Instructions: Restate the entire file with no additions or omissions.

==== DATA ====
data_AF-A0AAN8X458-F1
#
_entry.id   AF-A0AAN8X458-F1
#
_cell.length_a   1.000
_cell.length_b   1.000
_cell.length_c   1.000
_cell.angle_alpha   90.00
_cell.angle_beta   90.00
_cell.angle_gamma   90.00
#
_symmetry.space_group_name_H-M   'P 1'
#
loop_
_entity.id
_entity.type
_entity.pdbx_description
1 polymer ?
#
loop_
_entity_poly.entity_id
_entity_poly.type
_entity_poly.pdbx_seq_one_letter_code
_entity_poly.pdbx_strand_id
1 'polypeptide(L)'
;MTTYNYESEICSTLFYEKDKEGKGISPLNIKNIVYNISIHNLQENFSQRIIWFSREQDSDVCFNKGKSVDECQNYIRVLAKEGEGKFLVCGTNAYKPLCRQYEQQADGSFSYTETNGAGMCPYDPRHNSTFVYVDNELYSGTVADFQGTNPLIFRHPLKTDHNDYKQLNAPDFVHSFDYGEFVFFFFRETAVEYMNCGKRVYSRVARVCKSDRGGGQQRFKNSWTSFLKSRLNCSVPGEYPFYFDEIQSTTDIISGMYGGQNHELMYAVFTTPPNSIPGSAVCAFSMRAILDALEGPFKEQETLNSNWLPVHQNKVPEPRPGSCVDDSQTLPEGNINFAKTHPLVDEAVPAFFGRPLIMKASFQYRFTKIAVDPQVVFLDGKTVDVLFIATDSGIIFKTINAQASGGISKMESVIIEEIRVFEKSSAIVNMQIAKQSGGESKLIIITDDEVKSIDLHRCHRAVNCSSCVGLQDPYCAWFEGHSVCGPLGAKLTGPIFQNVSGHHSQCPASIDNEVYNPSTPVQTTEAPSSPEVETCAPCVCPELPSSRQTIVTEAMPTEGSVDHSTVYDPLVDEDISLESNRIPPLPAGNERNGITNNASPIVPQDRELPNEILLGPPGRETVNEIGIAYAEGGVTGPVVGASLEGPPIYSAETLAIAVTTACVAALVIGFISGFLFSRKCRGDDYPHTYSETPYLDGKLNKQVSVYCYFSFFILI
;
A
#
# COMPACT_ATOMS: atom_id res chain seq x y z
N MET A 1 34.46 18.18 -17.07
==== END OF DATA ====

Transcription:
data_AF-A0AAN8X458-F1
#
_entry.id   AF-A0AAN8X458-F1
#
_cell.length_a   1.000
_cell.length_b   1.000
_cell.length_c   1.000
_cell.angle_alpha   90.00
_cell.angle_beta   90.00
_cell.angle_gamma   90.00
#
_symmetry.space_group_name_H-M   'P 1'
#
loop_
_entity.id
_entity.type
_entity.pdbx_description
1 polymer ?
#
loop_
_entity_poly.entity_id
_entity_poly.type
_entity_poly.pdbx_seq_one_letter_code
_entity_poly.pdbx_strand_id
1 'polypeptide(L)'
;MTTYNYESEICSTLFYEKDKEGKGISPLNIKNIVYNISIHNLQENFSQRIIWFSREQDSDVCFNKGKSVDECQNYIRVLAKEGEGKFLVCGTNAYKPLCRQYEQQADGSFSYTETNGAGMCPYDPRHNSTFVYVDNELYSGTVADFQGTNPLIFRHPLKTDHNDYKQLNAPDFVHSFDYGEFVFFFFRETAVEYMNCGKRVYSRVARVCKSDRGGGQQRFKNSWTSFLKSRLNCSVPGEYPFYFDEIQSTTDIISGMYGGQNHELMYAVFTTPPNSIPGSAVCAFSMRAILDALEGPFKEQETLNSNWLPVHQNKVPEPRPGSCVDDSQTLPEGNINFAKTHPLVDEAVPAFFGRPLIMKASFQYRFTKIAVDPQVVFLDGKTVDVLFIATDSGIIFKTINAQASGGISKMESVIIEEIRVFEKSSAIVNMQIAKQSGGESKLIIITDDEVKSIDLHRCHRAVNCSSCVGLQDPYCAWFEGHSVCGPLGAKLTGPIFQNVSGHHSQCPASIDNEVYNPSTPVQTTEAPSSPEVETCAPCVCPELPSSRQTIVTEAMPTEGSVDHSTVYDPLVDEDISLESNRIPPLPAGNERNGITNNASPIVPQDRELPNEILLGPPGRETVNEIGIAYAEGGVTGPVVGASLEGPPIYSAETLAIAVTTACVAALVIGFISGFLFSRKCRGDDYPHTYSETPYLDGKLNKQVSVYCYFSFFILI
;
A
#
# COMPACT_ATOMS: atom_id res chain seq x y z
N MET A 1 34.46 18.18 -17.07